SA Film Tornado and the Kalahari Horse Whisperer is worth seeing

2009-04-12 00:00

REGARDT van den Berg directs this South African film, which is worth watching on four accounts.

The first is that the film is visually interesting, shot on the vast landscapes of the Kalahari. The second is, it’s based on a true story, which gives the plot some weight. The third is that this film showcases a group of South African actors who will be largely unfamiliar to big screen audiences and they are talented, interesting people. And the fourth is that it’s South African, and I for one would rather watch a locally produced feature film that carries a measure of thought and effort in its presentation than some bumph shipped in from elsewhere.

Tornado is the story of a depressed young man called Pierre (Quentin Krog) and a tormented horse who end up in the Kalahari together under the fatherly figure of horse whisperer and pastor Barrie Burger (Danny Keogh). The leathery old farmer soon has the young city slicker ploughing through a list of chores on the farm. While the plot immediately evokes comparisons with The Horse Whisperer and The Karate Kid, it’s reassuring to know the scriptwriters and Van den Berg are aware of this, poking fun at the parallel with young Pierre’s quip: “Yes, Mr Miyagi”.

There’s little else in the plot, besides the love interest (Lean van den Berg — the director’s daughter) and the peripheral issue of Pierre’s studies.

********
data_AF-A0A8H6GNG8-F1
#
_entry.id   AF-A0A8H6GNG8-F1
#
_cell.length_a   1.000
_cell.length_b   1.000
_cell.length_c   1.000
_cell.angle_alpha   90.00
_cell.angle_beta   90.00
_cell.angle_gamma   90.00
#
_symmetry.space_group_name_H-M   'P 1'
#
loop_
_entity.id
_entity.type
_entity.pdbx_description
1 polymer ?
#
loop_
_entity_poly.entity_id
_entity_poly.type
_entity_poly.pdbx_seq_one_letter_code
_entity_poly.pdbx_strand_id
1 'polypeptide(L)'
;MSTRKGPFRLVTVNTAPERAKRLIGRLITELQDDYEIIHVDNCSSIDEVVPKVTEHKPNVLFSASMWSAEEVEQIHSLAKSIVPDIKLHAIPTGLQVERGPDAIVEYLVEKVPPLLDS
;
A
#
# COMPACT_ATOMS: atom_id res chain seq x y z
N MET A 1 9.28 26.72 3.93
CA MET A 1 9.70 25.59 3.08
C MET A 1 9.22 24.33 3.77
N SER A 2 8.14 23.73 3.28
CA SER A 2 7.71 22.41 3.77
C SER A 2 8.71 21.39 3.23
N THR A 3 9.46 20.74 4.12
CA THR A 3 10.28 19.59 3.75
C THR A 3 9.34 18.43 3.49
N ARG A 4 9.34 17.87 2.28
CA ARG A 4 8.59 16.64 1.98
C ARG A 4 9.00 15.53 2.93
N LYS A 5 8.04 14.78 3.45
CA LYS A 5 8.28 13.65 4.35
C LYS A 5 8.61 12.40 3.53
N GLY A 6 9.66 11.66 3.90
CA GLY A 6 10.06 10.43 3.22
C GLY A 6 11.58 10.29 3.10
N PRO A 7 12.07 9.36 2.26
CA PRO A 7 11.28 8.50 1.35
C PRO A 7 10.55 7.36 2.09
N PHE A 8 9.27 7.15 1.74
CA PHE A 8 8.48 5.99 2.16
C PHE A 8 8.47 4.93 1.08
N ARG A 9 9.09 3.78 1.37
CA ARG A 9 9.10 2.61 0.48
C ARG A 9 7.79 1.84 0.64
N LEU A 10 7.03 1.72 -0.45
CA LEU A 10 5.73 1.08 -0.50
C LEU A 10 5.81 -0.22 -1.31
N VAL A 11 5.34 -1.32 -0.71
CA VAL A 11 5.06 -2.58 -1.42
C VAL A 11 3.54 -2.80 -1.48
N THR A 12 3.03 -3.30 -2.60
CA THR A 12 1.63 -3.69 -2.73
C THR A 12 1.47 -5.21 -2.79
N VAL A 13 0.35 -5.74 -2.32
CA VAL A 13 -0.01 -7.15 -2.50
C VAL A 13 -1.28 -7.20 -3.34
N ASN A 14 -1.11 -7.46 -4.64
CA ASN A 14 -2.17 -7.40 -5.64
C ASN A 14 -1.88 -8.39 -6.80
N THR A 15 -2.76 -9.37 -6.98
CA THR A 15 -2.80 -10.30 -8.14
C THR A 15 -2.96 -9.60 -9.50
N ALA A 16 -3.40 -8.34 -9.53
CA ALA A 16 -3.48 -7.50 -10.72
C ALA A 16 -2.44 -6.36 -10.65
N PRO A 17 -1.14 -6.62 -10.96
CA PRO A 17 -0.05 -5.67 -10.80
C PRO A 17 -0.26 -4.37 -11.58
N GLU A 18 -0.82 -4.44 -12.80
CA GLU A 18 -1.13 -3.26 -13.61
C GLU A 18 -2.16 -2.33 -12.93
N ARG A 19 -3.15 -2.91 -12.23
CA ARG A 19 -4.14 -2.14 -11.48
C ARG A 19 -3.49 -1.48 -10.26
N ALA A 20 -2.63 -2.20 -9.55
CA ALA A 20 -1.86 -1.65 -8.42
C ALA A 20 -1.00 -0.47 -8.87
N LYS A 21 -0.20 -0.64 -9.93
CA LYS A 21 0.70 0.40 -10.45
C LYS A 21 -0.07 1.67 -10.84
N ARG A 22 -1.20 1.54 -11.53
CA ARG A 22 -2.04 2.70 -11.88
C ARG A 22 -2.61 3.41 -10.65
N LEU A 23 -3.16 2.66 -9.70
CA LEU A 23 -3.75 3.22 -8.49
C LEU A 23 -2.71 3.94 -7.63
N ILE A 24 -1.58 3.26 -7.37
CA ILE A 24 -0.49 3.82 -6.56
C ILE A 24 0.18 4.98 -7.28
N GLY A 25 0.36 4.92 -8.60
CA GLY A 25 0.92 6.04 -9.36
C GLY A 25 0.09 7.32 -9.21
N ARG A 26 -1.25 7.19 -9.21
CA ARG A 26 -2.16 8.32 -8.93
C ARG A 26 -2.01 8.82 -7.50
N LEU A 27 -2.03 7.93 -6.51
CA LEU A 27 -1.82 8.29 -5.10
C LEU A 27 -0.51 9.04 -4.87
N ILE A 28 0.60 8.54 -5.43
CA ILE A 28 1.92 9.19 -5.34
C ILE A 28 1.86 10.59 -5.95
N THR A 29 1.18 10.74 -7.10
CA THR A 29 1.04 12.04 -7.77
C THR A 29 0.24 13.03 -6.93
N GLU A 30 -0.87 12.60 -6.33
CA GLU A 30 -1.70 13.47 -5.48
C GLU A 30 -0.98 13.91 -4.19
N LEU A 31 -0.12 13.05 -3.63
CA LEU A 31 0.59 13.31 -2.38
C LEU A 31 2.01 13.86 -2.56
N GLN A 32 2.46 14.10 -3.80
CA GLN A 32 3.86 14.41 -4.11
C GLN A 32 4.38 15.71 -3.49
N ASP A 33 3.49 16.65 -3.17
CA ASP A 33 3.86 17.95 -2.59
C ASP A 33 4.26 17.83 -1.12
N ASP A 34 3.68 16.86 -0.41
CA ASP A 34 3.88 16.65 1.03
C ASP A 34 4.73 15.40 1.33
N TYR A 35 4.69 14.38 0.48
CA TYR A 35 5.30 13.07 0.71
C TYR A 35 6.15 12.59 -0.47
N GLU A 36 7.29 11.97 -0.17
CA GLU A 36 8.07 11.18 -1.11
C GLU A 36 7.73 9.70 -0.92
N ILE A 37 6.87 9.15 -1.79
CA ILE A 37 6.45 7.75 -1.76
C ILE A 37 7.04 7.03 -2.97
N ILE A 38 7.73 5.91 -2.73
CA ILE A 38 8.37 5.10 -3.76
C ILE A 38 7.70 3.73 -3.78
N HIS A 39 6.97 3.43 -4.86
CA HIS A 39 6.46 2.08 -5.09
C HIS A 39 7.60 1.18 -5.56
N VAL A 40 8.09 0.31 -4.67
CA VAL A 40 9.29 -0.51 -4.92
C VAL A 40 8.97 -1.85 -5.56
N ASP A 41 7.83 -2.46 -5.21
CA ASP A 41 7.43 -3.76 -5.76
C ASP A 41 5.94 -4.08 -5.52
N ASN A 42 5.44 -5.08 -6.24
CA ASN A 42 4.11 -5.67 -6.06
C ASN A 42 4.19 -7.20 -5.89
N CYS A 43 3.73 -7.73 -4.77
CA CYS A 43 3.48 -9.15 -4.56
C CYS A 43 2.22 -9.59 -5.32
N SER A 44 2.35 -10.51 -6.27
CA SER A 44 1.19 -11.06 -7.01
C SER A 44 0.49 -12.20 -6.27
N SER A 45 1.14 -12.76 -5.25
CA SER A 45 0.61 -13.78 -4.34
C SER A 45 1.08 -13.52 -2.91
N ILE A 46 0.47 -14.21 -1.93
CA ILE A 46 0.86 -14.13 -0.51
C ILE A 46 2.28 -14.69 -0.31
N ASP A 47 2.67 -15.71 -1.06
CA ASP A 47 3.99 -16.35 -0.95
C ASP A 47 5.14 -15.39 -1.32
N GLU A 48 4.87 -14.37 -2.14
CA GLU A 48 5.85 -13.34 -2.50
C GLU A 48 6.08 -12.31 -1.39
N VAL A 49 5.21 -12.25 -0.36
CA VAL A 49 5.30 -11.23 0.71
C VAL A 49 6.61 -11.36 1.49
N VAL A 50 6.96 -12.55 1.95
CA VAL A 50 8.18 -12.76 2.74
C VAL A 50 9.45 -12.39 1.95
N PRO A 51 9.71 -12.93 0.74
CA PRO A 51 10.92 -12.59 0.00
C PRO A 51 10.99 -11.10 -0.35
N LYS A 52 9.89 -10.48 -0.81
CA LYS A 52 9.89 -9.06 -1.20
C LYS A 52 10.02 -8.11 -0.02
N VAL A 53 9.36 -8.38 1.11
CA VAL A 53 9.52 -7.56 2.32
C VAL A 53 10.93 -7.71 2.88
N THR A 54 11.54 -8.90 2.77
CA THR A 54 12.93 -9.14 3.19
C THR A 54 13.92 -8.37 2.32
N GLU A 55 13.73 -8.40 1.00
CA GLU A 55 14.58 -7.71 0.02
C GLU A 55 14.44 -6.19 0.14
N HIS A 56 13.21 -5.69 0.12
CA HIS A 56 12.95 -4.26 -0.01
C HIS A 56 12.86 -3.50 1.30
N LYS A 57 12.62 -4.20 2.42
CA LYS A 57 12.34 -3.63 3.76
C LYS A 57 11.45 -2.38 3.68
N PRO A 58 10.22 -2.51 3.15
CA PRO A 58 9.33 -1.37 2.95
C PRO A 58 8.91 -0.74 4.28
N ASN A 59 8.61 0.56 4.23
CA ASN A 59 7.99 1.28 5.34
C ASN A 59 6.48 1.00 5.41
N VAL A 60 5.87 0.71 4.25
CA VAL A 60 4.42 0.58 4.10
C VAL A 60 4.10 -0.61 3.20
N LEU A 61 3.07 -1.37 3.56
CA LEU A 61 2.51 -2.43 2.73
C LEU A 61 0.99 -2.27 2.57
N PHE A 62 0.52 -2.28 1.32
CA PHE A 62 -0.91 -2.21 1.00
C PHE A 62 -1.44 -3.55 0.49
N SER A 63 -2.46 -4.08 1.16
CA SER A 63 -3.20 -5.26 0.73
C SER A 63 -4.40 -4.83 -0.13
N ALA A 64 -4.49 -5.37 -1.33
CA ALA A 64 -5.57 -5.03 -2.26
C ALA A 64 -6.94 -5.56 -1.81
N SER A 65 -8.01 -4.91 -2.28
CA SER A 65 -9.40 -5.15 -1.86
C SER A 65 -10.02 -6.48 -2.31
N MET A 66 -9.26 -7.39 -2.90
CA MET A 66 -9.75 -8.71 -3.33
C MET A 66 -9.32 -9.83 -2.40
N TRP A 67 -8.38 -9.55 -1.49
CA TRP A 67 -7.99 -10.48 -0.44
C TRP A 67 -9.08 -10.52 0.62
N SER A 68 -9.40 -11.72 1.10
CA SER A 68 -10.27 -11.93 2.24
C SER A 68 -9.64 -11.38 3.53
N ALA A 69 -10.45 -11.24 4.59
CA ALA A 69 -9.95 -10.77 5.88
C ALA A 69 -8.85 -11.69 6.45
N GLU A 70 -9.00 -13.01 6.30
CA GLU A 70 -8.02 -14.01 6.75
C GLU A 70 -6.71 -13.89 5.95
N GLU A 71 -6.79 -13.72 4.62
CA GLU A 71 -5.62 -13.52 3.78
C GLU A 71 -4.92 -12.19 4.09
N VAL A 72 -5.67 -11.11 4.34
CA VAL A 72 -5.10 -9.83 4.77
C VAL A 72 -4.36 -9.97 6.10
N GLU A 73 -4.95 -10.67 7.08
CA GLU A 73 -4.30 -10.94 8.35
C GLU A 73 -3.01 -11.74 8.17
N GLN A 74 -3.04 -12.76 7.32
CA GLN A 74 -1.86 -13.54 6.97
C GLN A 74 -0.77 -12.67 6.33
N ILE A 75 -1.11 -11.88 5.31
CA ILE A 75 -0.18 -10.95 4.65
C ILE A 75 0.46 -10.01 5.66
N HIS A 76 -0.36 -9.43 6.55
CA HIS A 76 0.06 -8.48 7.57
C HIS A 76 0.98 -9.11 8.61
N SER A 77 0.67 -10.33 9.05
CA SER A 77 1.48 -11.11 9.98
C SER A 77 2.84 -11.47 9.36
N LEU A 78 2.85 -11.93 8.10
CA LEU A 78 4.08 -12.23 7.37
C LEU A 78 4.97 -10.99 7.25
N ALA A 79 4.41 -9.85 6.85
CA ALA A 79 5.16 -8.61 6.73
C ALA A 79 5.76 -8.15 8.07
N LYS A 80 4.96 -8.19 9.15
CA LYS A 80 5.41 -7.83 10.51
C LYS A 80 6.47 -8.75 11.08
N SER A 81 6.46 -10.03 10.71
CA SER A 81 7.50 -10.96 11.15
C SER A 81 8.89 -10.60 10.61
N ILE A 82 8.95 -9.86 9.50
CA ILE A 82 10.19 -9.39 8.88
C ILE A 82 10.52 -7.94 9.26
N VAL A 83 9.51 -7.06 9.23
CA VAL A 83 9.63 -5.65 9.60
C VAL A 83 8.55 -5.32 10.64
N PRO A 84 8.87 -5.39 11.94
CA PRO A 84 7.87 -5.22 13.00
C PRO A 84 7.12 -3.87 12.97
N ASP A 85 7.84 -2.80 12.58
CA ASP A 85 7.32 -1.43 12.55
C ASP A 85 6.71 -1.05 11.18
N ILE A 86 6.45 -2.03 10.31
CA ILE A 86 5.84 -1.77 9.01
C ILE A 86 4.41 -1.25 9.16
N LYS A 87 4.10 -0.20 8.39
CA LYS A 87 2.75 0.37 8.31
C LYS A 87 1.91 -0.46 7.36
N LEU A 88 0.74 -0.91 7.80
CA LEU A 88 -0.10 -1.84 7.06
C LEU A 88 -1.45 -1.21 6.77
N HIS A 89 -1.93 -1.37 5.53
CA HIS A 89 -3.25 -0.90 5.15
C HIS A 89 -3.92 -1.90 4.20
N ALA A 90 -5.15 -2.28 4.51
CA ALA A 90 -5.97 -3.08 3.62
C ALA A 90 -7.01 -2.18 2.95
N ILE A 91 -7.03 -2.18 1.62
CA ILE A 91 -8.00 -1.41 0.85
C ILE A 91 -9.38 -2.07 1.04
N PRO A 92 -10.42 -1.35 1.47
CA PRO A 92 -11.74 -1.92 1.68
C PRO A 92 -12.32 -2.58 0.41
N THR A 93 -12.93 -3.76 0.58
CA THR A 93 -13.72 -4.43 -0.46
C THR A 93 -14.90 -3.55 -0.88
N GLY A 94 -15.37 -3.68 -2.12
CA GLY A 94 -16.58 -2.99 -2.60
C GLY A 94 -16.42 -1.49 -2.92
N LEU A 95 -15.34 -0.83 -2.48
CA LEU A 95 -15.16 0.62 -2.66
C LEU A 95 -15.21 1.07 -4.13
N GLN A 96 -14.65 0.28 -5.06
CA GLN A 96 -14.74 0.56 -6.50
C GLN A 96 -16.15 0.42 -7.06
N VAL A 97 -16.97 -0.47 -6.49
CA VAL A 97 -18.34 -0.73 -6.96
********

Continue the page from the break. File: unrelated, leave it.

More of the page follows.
Interestingly, the most engaging actors are those without any formal training — Lean van den Berg and Danny Keogh. Van den Berg has a strong presence on screen, superseded only by Keogh, who was initially a stage manager for Barney Simon. They both upstage the main character of Pierre, who needed a bit more emotion from Quentin Krog in the climaxing scenes to counter a lot of screen time in which being introverted.

On the whole, though, it works. The film’s focus is on the themes — healing and restoration. It’s a story in which healing is sought through no-strings-attached friendship and trust. On that note is the main criticism: the film makes its point largely by labouring the slow motion shots of Kashmir, the stallion that charmed all the actors and crew on set. While it’s beautifully filmed and the horse is extraordinary, it’s a lengthy exercise for audience members with attention deficit disorder. To say it in the harshest way possible, Tornado is a drawn-out drama. But in the midst of the vastness of the Kalahari landscape and any wavering attention span, there are some weighty simple truths that provide an oasis.


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